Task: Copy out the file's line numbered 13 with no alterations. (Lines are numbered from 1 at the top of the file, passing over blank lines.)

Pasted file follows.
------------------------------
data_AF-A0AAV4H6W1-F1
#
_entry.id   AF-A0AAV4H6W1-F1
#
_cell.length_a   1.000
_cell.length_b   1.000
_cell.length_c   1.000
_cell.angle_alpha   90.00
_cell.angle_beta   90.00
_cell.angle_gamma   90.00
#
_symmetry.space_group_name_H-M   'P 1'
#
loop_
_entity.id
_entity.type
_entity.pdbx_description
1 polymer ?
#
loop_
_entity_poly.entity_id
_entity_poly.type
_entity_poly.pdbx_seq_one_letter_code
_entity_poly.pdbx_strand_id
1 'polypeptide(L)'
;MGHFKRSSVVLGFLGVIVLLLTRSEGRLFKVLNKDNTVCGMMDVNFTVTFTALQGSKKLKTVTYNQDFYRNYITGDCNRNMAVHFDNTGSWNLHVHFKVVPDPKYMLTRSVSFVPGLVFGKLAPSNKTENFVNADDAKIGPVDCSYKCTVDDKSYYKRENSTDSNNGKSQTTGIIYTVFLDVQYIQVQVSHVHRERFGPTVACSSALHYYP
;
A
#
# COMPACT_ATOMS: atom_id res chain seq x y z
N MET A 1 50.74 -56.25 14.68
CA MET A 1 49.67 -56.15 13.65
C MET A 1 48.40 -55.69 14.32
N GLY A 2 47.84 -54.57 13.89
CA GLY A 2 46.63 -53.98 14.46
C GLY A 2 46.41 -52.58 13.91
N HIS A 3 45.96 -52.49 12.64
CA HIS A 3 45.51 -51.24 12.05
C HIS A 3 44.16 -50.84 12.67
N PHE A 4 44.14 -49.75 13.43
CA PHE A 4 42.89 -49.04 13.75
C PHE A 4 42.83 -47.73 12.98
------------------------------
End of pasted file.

#